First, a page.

The term "acupuncture" describes a family of procedures involving
the stimulation of anatomical points on the body using a variety of techniques.
The acupuncture technique that has been most often studied scientifically
involves penetrating the skin with thin, solid, metallic needles that are
manipulated by the hands or by electrical stimulation.
Practiced in China and other Asian countries for thousands of years,
acupuncture is one of the key components of Traditional Chinese Medicine (TCM).
In TCM, the body is seen as a delicate balance of two opposing and
inseparable forces: yin and yang. Yin represents cold, slow, or passive
aspects of the person, while yang represents hot, excited, or active aspects.
A major theory is that health is achieved through balancing yin and yang
and disease is caused by an imbalance leading to a blockage in the flow of qi.
In traditional Chinese medicine, the vital energy or life force proposed
to regulate a person's spiritual, emotional, mental, and physical health
and to be influenced by the opposing forces of yin and yang (vital energy)
along pathways known as meridians. Qi can be unblocked, according to TCM,
by using acupuncture at certain points on the body that connect with these
meridians. Sources vary on the number of meridians, with numbers ranging
from 14 to 20. One commonly cited source describes meridians as 14 main
channels "connecting the body in a weblike interconnecting matrix" of
at least 2,000 acupuncture points.
Acupuncture became better known in the United States in 1971,
when New York Times reporter James Reston wrote about how doctors
in China used needles to ease his pain after surgery. American practices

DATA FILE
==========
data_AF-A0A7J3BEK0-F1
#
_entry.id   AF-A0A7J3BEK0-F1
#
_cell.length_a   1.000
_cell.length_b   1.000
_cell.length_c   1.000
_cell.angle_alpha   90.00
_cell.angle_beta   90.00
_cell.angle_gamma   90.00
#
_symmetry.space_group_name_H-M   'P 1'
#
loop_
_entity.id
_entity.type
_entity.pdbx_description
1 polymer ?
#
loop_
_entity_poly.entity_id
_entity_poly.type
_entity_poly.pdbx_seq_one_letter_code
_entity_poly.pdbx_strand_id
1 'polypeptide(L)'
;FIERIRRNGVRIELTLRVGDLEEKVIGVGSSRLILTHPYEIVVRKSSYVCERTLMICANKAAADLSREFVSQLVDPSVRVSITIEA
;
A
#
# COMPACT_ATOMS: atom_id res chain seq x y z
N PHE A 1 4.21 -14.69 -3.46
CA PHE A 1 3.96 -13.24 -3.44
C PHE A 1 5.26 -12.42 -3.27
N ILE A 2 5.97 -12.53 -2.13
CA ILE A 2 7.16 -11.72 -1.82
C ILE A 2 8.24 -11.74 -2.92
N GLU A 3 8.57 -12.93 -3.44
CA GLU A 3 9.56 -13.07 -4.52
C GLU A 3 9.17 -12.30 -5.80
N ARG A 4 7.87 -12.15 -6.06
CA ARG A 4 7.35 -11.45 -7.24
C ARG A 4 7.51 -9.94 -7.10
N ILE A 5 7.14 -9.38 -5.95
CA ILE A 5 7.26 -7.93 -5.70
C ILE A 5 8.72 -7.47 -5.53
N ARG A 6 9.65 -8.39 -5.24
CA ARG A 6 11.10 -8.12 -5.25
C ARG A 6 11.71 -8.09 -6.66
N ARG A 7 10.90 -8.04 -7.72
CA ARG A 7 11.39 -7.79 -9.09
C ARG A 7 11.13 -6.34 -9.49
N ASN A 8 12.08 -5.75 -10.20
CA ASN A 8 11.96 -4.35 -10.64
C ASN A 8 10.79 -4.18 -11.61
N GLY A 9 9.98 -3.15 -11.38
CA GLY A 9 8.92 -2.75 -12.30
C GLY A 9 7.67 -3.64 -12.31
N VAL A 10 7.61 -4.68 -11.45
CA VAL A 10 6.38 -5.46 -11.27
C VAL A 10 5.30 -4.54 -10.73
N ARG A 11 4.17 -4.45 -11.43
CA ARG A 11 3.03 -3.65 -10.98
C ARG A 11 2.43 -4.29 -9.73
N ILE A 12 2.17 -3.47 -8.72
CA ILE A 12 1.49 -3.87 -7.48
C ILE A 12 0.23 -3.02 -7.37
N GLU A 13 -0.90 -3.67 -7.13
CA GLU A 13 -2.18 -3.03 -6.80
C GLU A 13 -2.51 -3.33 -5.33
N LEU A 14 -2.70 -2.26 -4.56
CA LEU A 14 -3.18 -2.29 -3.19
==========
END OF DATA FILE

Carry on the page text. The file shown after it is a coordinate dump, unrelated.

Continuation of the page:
of acupuncture incorporate medical traditions from China, Japan,
Korea, and other countries.
WHO Acupuncture and the NIH Consensus Study
In 2003, the World Health Organization published a landmark study,
titled "Acupuncture: Review and Analysis of Reports on Controlled
Clinical Trials." Acupuncture has been proven (through controlled trials)
to be an effective treatment for the following diseases, symptoms, or conditions:
- Adverse reactions to radiotherapy and/or chemotherapy
- Allergic rhinitis (including hay fever)
- Biliary colic
- Depression (including depressive neurosis and depression following stroke)
- Dysentery, acute bacillary
- Dysmenorrhoea, primary
- Epigastralgia, acute (in peptic ulcer, acute and chronic gastritis, and gastrospasm)
- Facial pain (including craniomandibular disorders)
- Hypertension, essential
- Hypotension, primary
- Induction of labour
- Knee pain
- Low back pain
- Malposition of fetus, correction of
- Morning sickness
- Nausea and vomiting
- Neck pain
- Pain in dentistry (including dental pain and temporomandibular dysfunction)
- Periarthritis of shoulder
- Postoperative pain
- Renal colic
- Rheumatoid arthritis
- Tennis elbow
About botanical formulas
LIFEnhance clinic uses the following evidence-based botanical formulas:
- Leucozepin® Naturally Boost the Immune System.
- Relazovac® Reduce Anxiety, Induce Sleep.
- Apazin® Stimulate Appetite, Suppress Nausea.
- Eezapein™ Natural Support for Pain Management.
- ENERhance™ Nutritionally Enhances Energy and Immunity.
- ImmuForce™ aturally Maintains Optimum Immune System.